Health tips and advice: dealing with hay fever outbreaks
Hay fever is a type of allergy to pollen. The medical term for the condition is seasonal allergic rhinitis. Rhinitis refers to an inflammation of the inside of the nose. You may also experience symptoms similar to those of hay fever when you are exposed to allergy-triggering substances like animal fur and dust mites. In the UK, about one in four people are affected by hay fever annually with the majority of cases reported in the country’s hay fever “hotspots.”
Hay fever hotspots
There has been a sharp rise in hay fever cases in the UK. The number of people requesting treatment for the hay fever in the UK is significantly higher among people living in cities and towns, according to recent observations by pharmacists.
Experts at the Chemist Direct have recorded thousands of hay fever product sales across the UK’s major cities with London leading the cities with the highest demand for hay fever products, as of May, 2013. Birmingham and Manchester follow closely in that order as cities with highest demand for hay fever products.
The revelation that hay fever is prevalent in major cities across the country is somewhat new. In previous years, demand for hay fever products has been almost evenly scattered across the UK in both urban and rural areas. Hay fever hotspots in the country are ranked as follows:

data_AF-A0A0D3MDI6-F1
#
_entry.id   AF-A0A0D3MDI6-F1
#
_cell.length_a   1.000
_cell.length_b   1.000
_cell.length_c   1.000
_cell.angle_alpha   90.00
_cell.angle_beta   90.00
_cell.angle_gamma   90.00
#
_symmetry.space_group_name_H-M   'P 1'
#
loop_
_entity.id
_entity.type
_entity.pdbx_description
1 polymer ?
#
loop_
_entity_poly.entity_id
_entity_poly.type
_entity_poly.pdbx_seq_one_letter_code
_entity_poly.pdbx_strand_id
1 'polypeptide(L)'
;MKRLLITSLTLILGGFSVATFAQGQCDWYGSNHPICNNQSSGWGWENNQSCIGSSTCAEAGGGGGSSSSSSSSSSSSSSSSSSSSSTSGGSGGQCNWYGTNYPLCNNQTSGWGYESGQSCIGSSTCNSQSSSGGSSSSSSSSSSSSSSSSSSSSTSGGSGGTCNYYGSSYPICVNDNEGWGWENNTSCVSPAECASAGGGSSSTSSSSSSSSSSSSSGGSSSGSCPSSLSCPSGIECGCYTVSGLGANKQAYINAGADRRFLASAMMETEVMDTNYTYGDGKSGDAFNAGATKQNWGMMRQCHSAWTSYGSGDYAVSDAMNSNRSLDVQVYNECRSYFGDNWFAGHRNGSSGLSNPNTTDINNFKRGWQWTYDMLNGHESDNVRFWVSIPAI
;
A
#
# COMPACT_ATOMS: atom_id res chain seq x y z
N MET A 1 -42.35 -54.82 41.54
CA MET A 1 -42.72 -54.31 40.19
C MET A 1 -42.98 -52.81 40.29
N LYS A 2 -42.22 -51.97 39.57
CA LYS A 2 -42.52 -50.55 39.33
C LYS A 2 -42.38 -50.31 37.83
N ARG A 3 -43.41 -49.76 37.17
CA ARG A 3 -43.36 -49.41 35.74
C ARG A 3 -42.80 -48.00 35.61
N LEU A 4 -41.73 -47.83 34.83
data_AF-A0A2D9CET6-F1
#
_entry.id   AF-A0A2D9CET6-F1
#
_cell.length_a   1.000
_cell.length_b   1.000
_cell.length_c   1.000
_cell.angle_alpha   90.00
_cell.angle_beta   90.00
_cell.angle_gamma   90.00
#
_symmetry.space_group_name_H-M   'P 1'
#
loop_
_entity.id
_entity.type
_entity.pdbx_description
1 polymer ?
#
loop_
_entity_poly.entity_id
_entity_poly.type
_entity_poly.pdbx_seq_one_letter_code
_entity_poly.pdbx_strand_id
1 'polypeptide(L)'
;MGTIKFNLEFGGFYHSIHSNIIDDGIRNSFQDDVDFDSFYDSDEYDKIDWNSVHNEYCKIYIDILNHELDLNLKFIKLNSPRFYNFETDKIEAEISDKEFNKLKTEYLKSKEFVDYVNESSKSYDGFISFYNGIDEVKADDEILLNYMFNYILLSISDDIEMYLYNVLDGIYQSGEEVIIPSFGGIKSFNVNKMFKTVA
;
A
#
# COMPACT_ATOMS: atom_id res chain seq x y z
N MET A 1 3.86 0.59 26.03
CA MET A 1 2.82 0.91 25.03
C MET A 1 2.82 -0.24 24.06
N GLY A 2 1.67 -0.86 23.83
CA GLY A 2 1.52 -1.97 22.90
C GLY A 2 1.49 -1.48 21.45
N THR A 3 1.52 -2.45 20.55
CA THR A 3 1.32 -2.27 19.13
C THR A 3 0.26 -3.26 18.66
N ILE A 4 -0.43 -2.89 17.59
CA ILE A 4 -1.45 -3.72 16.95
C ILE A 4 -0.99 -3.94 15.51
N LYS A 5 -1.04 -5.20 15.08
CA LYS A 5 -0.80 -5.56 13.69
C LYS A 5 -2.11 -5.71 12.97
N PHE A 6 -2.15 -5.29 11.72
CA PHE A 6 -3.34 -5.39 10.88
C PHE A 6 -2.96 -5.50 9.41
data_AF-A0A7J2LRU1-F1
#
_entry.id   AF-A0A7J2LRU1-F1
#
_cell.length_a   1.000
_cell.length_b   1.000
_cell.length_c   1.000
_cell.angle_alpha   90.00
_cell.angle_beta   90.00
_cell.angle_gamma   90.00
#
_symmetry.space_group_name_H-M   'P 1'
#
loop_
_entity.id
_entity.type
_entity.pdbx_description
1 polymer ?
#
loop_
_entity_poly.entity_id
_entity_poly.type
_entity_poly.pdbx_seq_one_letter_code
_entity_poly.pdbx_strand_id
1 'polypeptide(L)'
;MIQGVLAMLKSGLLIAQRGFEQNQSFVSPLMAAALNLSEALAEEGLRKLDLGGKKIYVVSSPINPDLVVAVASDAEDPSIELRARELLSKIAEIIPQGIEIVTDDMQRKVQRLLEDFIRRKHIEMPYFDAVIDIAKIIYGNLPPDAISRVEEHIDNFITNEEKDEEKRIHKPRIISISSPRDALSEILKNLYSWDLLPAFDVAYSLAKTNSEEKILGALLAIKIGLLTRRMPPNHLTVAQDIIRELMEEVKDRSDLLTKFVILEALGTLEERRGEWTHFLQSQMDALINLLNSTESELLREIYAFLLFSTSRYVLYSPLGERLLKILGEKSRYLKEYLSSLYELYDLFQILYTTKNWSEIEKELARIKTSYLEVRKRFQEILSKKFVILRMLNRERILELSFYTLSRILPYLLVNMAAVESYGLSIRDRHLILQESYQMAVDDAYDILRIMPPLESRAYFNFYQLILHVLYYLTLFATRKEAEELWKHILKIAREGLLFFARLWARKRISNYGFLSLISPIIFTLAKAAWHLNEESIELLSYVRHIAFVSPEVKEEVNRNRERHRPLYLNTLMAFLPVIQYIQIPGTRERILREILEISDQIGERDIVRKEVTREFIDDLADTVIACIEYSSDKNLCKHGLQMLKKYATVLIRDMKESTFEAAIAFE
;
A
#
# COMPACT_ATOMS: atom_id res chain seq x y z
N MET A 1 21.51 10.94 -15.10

The increase of hay fever cases in London and other big cities has been attributed to plane or oak tree pollen that attach to people’s nasal membranes, particularly in early May. Large plane trees lining the streets and squares have been a problem, especially in London.
Omar El-Gohary, Superintendent Pharmacist for Chemist Direct, says:
“This year we’ve been seeing a lot more people living in towns and cities asking us for advice. There is some evidence to suggest that pollution, such as cigarette smoke or car exhaust fumes, can make the symptoms of hay fever worse, which could explain why more city dwellers are now suffering from hay fever.”
Treating and preventing hay fever
According to Mr El-Gohary, “A cold is usually distinguished by a runny nose accompanied by a sore throat, cough or mild headache with an initially clear discharge which becomes thick and cloudy, whereas with hay fever, sufferers may have itchy and watery eyes, a sudden on set of sneezing and a runny nose with clear discharge.”
To treat and prevent hay fever, pharmacists at Chemist Direct advice those affected to take an antihistamine once symptoms start. In addition to taking antihistamine, the experts advice sufferers to shower and change clothes at the end of the day, and to wear wraparound sunglasses to help prevent pollen getting into eyes.